The size of the graduating class truly belied the momentous occasion.
On Friday morning, a trio of violet robed-and-capped students became the first-ever class to graduate from The Bridge Way School in Roxborough, a brand new private institution entirely devoted to teens recovering from drug and alcohol abuse.
During a short, but heartfelt ceremony inside Mishkan Shalom Synagogue, the students’ individual struggles and successes seemingly had the collective impact of a much larger group.
“I really don’t have the words to adequately express how proud we are of our inaugural class of students,” said Sharon Weinman, who heads the Greater Philadelphia Association for Recovery Education, the nonprofit engine behind the school.
“Please know that you’ll always hold a special place in the history of this school.”
The unofficial theme of the day was the concept of a pioneer. Staff members repeatedly referred to a school year marked by constant reshaping as both students and faculty navigated an education model they were executing for the first time.
The students – Zachary, Samuel and Christine – were often reminded of their trailblazing status throughout the year.
“Working with those who have a pioneer spirit isn’t always easy,” said a teary-eyed Rebecca Bonner, who envisioned the school and acts as its head. “They are often single-minded, impatient and outspoken. But pioneers are also independent, risk-takers and willing to work for a better life.”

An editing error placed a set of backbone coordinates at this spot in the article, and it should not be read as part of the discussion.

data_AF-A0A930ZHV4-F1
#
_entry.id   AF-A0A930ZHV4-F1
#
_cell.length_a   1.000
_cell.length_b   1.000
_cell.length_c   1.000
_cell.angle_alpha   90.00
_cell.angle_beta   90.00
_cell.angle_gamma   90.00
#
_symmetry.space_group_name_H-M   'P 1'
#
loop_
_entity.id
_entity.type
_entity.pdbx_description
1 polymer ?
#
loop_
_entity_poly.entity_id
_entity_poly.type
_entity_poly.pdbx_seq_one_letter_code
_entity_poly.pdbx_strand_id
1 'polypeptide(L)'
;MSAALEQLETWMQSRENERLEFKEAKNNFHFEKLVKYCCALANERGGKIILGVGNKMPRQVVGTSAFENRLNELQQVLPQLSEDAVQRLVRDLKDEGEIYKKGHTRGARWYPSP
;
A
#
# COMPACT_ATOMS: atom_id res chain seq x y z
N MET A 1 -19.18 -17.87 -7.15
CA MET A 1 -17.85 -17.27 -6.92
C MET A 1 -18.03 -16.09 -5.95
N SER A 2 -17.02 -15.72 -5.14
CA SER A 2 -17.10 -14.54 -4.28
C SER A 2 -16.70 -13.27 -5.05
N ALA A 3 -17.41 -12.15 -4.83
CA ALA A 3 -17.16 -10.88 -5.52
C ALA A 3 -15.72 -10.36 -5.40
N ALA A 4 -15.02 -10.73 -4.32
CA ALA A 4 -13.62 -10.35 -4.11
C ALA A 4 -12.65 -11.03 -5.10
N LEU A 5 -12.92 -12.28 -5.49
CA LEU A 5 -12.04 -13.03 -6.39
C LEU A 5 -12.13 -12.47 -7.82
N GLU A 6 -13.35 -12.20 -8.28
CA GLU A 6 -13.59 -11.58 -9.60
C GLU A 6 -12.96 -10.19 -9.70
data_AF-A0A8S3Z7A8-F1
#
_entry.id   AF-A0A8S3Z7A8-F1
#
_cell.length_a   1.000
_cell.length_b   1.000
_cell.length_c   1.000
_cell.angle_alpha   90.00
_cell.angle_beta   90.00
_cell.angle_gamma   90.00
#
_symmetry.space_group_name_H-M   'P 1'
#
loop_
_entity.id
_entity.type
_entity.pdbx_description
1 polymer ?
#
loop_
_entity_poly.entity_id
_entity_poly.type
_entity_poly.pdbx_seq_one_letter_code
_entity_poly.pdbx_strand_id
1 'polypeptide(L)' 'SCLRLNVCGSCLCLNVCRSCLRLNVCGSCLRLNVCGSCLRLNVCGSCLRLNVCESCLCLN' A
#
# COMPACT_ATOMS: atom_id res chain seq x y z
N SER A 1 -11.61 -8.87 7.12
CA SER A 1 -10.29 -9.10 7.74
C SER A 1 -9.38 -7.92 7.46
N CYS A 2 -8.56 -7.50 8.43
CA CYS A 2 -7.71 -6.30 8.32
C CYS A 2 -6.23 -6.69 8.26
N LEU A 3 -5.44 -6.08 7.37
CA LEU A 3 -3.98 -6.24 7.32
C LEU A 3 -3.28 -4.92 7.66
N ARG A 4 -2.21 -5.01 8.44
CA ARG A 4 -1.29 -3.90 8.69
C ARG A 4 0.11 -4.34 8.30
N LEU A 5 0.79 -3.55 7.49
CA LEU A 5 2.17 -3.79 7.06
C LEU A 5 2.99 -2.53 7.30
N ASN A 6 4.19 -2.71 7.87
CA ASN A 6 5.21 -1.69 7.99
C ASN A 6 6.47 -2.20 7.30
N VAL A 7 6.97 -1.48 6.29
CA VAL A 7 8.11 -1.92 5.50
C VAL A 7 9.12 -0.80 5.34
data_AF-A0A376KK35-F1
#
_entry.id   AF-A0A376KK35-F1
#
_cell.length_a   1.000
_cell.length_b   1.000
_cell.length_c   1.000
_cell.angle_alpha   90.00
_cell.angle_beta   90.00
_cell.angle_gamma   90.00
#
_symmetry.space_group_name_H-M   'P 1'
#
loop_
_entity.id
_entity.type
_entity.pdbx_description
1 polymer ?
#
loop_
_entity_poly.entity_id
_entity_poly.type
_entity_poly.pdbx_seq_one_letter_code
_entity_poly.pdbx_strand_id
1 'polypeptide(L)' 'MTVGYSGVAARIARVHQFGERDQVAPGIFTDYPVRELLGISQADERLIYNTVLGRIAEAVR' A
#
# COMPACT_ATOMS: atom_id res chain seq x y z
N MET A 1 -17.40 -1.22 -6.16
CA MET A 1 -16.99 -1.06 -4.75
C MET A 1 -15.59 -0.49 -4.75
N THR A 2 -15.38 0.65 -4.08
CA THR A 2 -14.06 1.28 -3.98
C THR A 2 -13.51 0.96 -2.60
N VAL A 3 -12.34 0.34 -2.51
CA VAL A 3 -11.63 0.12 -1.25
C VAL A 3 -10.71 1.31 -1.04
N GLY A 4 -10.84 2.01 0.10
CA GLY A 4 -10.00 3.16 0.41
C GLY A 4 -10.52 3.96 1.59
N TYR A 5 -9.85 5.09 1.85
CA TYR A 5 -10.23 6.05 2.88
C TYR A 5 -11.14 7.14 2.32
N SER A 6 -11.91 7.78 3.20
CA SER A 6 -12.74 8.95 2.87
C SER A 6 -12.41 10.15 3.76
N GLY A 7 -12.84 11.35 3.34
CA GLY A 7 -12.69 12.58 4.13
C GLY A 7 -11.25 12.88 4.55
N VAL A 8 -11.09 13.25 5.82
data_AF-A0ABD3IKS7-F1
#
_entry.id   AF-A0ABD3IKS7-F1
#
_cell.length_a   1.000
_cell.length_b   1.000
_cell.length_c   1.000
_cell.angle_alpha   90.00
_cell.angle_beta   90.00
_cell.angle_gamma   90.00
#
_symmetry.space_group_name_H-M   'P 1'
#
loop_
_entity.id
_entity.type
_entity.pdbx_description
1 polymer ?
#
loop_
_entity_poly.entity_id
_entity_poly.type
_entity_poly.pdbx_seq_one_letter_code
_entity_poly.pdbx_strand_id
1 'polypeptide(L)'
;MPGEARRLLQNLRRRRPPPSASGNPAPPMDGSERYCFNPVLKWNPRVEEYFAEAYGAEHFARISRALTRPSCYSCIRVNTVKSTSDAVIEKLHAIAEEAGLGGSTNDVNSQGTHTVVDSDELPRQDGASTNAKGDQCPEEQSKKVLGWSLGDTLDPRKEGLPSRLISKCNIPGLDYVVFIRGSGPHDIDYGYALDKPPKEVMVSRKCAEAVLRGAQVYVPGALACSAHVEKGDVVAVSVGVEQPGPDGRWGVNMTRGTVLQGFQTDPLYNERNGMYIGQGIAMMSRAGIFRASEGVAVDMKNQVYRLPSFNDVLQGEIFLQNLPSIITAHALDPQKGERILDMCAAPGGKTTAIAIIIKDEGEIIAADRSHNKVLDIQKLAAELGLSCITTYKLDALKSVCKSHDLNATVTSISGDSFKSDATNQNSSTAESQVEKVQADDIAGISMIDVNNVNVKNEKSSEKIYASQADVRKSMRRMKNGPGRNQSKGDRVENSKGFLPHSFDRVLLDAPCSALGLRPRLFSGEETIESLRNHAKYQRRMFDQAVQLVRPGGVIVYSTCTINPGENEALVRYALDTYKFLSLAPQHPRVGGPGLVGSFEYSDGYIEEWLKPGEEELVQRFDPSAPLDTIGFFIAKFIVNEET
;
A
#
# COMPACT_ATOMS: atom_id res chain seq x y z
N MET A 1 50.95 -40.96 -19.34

NewsWorks has withheld the students’ last names from this story, per the school’s request.
When they first arrived at the Freeland Avenue school, the space for which GPARE leases from the synagogue, no one was ready to be part of a graduation ceremony.
Samuel, who will pursue a career as an emergency medical technician, had never completed a full year of school without at least a short stint in a rehabilitation facility.
“About 10 months ago, I was a train wreck,” he said. “Now, I’m pretty happy with where I’m at.”
Zachary had rarely taken an interest in leading a proactive life. He’s now positively embraced the risk-taking moniker bestowed upon him.
“Every day is a risk because you never know what the outcome is going to be. That’s why I think it’s important to take risks every day because if you don’t take risks, you will never experience the best in life,” he said.
Calling the school “an unimaginable blessing”, Christine said she’d “learned to embrace change, instead of fear it.”
Towards the end of the ceremony, each student was honored individually with an award. As “Don’t You Forget about Me,” the iconic musical coda to “The Breakfast Club” played, they left the room as high school graduates.